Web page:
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Less than two weeks ago, some lucky earthlings were able to witness a rare event - A 'Ring of Fire' Solar eclipse. Now, there is another celestial event heading our way - A glimpse of Venus as it orbits in front of the sun, something that will not be visible again until at least, 2117. The good news is that people all over the world will be able to see it, just at different times.
For the residents of North America, the transit will begin at about 6.03pm EDT (3.03pm PDT) on Tuesday June 5th, 2012. Asia, Australia, Africa and Europe will have to get up early in the morning of June 6th to witness this truly once in a lifetime occurrence.
Also, just like any solar celestial event, watching it with the naked eye is dangerous, so experts recommend using solar filters, a pin-hole camera or better still, going to a local museum or planetarium and seeing it through a special telescope. This in fact, may be the best option, given that unlike the Ring of Fire eclipse when the moon covered 97% of the Sun's surface, Venus will cover a mere 1/32, making it difficult to see, without magnification.
However, if you are unable to see it don't fret, because astronaut Don Petit is planning to make history by becoming the first person to click crisp clear pictures from the one place that is guaranteed to have amazing views - The International Space Station.
Venus rotates around the sun every 1.6 years. But since it not in the same plane as earth, it usually transits below or above the sun and therefore away from our view. When it does cross the sun, we are able to see it twice within a timeframe of 8 years, but after that not again for another 105.5 years or 121.5 years. Since we already experienced the first of the two transits for this century in 2004, the next one following tomorrow's transit, will be seen in 2117 or 2125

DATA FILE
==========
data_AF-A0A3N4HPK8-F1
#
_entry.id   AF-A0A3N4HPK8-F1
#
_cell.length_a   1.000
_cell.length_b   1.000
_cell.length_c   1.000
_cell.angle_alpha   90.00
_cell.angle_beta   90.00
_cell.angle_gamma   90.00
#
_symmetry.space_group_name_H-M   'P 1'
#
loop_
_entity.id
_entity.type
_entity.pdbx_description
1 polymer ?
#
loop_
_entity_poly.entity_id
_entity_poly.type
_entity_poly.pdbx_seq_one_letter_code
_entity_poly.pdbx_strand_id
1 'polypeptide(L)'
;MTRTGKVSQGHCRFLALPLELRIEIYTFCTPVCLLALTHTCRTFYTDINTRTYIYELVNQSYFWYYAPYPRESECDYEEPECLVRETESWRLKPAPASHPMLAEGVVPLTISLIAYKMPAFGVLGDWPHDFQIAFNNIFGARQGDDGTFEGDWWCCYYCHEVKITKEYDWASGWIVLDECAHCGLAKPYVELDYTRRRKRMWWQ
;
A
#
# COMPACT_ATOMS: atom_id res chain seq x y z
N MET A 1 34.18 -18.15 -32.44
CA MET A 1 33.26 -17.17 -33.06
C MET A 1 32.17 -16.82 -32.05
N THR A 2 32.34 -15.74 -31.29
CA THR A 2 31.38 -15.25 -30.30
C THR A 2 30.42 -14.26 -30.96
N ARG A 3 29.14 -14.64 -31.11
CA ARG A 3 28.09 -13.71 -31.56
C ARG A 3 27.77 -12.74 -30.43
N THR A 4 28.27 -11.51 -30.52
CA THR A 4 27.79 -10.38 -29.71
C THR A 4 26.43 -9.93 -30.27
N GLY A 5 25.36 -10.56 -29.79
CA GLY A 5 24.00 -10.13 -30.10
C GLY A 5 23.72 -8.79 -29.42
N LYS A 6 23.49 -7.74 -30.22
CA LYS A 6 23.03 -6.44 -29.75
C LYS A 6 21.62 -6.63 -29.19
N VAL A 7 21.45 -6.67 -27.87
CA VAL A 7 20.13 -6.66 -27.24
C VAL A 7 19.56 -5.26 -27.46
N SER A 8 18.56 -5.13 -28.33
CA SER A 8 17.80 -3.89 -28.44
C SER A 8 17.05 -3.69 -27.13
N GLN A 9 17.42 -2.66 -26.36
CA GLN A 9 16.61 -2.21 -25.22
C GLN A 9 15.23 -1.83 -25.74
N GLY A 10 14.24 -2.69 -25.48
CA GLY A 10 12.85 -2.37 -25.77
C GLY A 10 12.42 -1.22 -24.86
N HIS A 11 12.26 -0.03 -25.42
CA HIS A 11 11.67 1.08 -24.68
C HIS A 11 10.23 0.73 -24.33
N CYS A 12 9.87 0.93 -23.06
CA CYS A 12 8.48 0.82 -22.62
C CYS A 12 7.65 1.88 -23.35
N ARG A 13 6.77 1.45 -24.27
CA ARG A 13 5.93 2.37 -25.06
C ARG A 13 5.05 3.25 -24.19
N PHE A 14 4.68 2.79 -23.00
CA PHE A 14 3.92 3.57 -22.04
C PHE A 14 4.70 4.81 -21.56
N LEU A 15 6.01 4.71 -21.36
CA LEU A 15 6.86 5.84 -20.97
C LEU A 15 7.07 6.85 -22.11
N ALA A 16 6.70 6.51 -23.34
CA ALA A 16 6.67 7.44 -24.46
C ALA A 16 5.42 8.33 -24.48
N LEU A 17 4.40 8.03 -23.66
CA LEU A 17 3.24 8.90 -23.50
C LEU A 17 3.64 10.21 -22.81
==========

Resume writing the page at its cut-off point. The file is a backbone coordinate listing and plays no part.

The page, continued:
Besides being a rare event, this transit is what helped scientists solve the mystery about the absolute size of the solar system - Something that was figured out in 1768, by famous British explorer James Cook. Given his rudimentary tools, he wasn't able to take very precise measurements and scientists had to wait until the next transit in the 1800's, before they were able to measure the scale of the solar system accurately. However, despite all the advances in science, James Cook's brilliant brain wave is still used by modern day scientists to seek out alien planets, as they transit around their respective sun.
Resources: foxnews.com, Dailymail.co.uk